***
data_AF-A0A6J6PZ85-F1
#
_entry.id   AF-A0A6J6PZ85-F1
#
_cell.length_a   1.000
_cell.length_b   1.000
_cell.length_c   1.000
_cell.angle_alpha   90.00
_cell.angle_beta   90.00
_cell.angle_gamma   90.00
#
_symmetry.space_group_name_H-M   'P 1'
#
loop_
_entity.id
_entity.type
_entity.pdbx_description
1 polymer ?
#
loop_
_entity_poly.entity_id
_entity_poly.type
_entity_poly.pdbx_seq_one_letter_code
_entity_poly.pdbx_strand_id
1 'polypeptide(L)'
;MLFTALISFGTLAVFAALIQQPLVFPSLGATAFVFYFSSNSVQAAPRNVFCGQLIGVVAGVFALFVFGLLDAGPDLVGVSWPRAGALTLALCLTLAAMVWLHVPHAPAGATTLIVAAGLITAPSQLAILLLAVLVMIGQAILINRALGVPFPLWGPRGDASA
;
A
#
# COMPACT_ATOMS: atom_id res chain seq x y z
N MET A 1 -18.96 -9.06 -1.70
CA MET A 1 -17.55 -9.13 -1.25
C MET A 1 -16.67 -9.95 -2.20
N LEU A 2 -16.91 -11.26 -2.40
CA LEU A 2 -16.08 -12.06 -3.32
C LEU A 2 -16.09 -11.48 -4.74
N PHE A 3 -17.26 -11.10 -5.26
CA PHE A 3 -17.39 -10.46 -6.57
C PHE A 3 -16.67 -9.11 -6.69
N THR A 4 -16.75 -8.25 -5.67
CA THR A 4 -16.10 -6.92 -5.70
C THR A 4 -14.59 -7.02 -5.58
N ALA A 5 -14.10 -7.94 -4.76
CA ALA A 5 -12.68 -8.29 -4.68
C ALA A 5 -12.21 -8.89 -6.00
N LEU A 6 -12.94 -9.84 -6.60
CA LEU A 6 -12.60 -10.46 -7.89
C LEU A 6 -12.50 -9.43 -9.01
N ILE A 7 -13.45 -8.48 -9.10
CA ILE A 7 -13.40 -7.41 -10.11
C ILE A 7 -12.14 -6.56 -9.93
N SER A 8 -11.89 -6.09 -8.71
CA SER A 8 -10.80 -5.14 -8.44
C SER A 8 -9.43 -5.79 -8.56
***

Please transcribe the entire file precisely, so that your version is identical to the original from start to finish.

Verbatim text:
data_AF-A0A6J6PZ85-F1
#
_entry.id   AF-A0A6J6PZ85-F1
#
_cell.length_a   1.000
_cell.length_b   1.000
_cell.length_c   1.000
_cell.angle_alpha   90.00
_cell.angle_beta   90.00
_cell.angle_gamma   90.00
#
_symmetry.space_group_name_H-M   'P 1'
#
loop_
_entity.id
_entity.type
_entity.pdbx_description
1 polymer ?
#
loop_
_entity_poly.entity_id
_entity_poly.type
_entity_poly.pdbx_seq_one_letter_code
_entity_poly.pdbx_strand_id
1 'polypeptide(L)'
;MLFTALISFGTLAVFAALIQQPLVFPSLGATAFVFYFSSNSVQAAPRNVFCGQLIGVVAGVFALFVFGLLDAGPDLVGVSWPRAGALTLALCLTLAAMVWLHVPHAPAGATTLIVAAGLITAPSQLAILLLAVLVMIGQAILINRALGVPFPLWGPRGDASA
;
A
#
# COMPACT_ATOMS: atom_id res chain seq x y z
N MET A 1 -18.96 -9.06 -1.70
CA MET A 1 -17.55 -9.13 -1.25
C MET A 1 -16.67 -9.95 -2.20
N LEU A 2 -16.91 -11.26 -2.40
CA LEU A 2 -16.08 -12.06 -3.32
C LEU A 2 -16.09 -11.48 -4.74
N PHE A 3 -17.26 -11.10 -5.26
CA PHE A 3 -17.39 -10.46 -6.57
C PHE A 3 -16.67 -9.11 -6.69
N THR A 4 -16.75 -8.25 -5.67
CA THR A 4 -16.10 -6.92 -5.70
C THR A 4 -14.59 -7.02 -5.58
N ALA A 5 -14.10 -7.94 -4.76
CA ALA A 5 -12.68 -8.29 -4.68
C ALA A 5 -12.21 -8.89 -6.00
N LEU A 6 -12.94 -9.84 -6.60
CA LEU A 6 -12.60 -10.46 -7.89
C LEU A 6 -12.50 -9.43 -9.01
N ILE A 7 -13.45 -8.48 -9.10
CA ILE A 7 -13.40 -7.41 -10.11
C ILE A 7 -12.14 -6.56 -9.93
N SER A 8 -11.89 -6.09 -8.71
CA SER A 8 -10.80 -5.14 -8.44
C SER A 8 -9.43 -5.79 -8.56